Some 134 genes have been implicated in causing congenital heart disease (CHD), a birth defect
that affects eight in 1,000 newborns, according to the National Institutes
Specific genetic errors that trigger congenital heart disease (CHD) in humans can be reproduced reliably in Drosophila melanogaster
- the common fruit fly - an initial step toward personalized therapies for patients in the future.
‘Studying congenital heart disease (CHD) in fruit flies provides a fast and simple first step in understanding the roles that individual genes play in disease progression.’
"Studying CHD in fruit flies provides a fast and simple first step
in understanding the roles that individual genes play in disease
progression," says Zhe Han, a principal investigator and
associate professor in the Center for Cancer & Immunology Research
at Children's National Health System and senior author of the paper
published in eLife
"Our research team is the
first to describe a high-throughput in vivo validation system to screen
candidate disease genes identified from patients. This approach has the
potential to facilitate development of precision medicine approaches for
CHD and other diseases associated with genetic factors," Han says.
The research team led by Han used high-throughput techniques
to alter the activity of dozens of genes in flies' hearts simultaneously
in order to validate genes that cause heart disease.
"Our team was able to characterize the effect of these specific
genetic alterations on heart development, structure and activity," Han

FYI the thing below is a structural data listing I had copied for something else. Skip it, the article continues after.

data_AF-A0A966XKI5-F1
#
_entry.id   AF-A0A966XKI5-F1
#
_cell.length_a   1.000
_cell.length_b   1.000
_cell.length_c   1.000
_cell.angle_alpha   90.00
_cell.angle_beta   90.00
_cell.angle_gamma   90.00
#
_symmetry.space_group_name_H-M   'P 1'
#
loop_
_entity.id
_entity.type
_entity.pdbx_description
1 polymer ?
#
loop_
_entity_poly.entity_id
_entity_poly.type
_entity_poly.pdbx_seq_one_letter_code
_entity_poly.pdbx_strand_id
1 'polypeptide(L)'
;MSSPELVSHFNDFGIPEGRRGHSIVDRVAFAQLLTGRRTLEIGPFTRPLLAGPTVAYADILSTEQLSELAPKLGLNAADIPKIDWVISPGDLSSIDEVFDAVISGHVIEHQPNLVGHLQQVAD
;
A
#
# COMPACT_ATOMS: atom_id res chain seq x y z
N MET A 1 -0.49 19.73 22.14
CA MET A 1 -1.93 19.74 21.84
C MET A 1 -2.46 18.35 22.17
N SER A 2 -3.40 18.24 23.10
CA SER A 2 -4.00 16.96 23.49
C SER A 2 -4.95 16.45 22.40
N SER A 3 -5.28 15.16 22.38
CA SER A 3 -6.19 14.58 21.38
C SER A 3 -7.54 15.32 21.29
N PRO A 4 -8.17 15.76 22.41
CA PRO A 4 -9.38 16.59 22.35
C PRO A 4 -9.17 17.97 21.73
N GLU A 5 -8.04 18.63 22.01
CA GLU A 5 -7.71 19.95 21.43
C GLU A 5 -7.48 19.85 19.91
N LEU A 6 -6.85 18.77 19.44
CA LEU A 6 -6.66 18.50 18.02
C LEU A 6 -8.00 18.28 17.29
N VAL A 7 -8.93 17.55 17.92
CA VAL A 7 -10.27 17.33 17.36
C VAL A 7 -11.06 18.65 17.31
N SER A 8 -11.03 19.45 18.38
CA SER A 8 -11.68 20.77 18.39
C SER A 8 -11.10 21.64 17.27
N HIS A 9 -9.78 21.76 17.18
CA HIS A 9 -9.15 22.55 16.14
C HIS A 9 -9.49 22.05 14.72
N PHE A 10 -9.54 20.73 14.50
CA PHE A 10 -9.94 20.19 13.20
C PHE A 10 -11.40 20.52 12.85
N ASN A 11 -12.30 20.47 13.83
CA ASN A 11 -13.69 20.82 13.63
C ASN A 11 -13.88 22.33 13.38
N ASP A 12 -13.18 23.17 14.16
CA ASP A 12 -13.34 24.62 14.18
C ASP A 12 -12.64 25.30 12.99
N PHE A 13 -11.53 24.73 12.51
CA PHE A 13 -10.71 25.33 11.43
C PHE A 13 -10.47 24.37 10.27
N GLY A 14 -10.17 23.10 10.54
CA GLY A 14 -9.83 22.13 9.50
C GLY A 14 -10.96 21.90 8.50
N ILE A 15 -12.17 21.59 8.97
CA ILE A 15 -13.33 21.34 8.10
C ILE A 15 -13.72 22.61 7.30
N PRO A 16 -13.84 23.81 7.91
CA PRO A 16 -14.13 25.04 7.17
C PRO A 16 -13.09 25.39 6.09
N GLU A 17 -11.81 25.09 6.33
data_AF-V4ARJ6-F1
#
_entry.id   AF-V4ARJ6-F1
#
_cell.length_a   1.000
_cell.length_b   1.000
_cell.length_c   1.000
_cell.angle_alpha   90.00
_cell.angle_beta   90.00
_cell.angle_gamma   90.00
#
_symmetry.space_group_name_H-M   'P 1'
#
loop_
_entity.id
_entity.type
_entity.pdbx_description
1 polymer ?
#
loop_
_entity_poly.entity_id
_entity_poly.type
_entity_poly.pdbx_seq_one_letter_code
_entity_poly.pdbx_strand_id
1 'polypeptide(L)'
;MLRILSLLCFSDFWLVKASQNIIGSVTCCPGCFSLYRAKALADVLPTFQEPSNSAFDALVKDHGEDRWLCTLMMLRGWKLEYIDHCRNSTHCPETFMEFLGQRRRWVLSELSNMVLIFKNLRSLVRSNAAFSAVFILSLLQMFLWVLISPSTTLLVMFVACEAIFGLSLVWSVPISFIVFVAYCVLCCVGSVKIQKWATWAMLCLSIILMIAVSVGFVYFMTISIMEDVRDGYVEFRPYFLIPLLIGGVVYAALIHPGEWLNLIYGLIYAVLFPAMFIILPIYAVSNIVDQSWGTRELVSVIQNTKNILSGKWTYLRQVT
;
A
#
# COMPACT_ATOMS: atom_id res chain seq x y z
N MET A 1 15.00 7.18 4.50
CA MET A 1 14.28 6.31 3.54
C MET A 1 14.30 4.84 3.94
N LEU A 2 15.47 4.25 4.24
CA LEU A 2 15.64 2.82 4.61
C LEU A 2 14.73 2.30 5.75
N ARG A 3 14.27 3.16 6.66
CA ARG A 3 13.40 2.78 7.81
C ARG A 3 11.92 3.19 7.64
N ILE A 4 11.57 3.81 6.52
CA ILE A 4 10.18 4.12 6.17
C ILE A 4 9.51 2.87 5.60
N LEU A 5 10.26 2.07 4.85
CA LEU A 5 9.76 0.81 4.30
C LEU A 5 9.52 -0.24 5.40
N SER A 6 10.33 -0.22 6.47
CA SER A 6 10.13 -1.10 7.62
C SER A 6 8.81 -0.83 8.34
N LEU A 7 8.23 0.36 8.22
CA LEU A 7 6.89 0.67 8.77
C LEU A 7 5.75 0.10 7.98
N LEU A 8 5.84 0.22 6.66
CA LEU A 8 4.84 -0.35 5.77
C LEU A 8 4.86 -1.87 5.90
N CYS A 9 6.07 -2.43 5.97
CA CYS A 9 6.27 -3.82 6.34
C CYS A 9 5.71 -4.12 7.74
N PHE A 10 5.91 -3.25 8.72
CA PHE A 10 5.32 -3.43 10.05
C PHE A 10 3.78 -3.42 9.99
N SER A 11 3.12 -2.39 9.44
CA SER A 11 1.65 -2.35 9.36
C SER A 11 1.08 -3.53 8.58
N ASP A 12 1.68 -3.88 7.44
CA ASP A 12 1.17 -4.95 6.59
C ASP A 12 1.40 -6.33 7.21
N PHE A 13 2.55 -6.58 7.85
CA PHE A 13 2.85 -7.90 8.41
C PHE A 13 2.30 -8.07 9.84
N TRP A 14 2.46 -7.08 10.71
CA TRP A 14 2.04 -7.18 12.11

adds. "The development of the human heart is a complicated process in
which a number of different cell types need to mature and differentiate
to create all of the structures in this essential organ. The precise
timing of those cellular activities is critical to normal heart
development, with disruptions in the structure of proteins called
histones linked to later heart problems.".
Of 134 genes studied by the research team, 70 caused heart defects
in fruit flies, and several of the altered genes are involved in
modifying the structure of histones. Quantitative analyses of multiple
cardiac phenotypes demonstrated essential structural, functional and
developmental roles for these genes, including a subgroup encoding
histone H3K4 modifying proteins. The scientists then corroborated their
work by reliably reproducing in flies the effect of specific genetic
errors identified in humans with CHD.
"This may allow researchers to replicate individual cases of CHD,
study them closely in the laboratory and fashion treatments personalized
to that patient specifically," he adds. "Precise gene-editing
techniques could be used to tailor-make flies that express a patient's
specific genetic mutation. Treating CHD at the level of DNA offers the
potential of interrupting the current cycle of passing along genetic
mutations to each successive generation."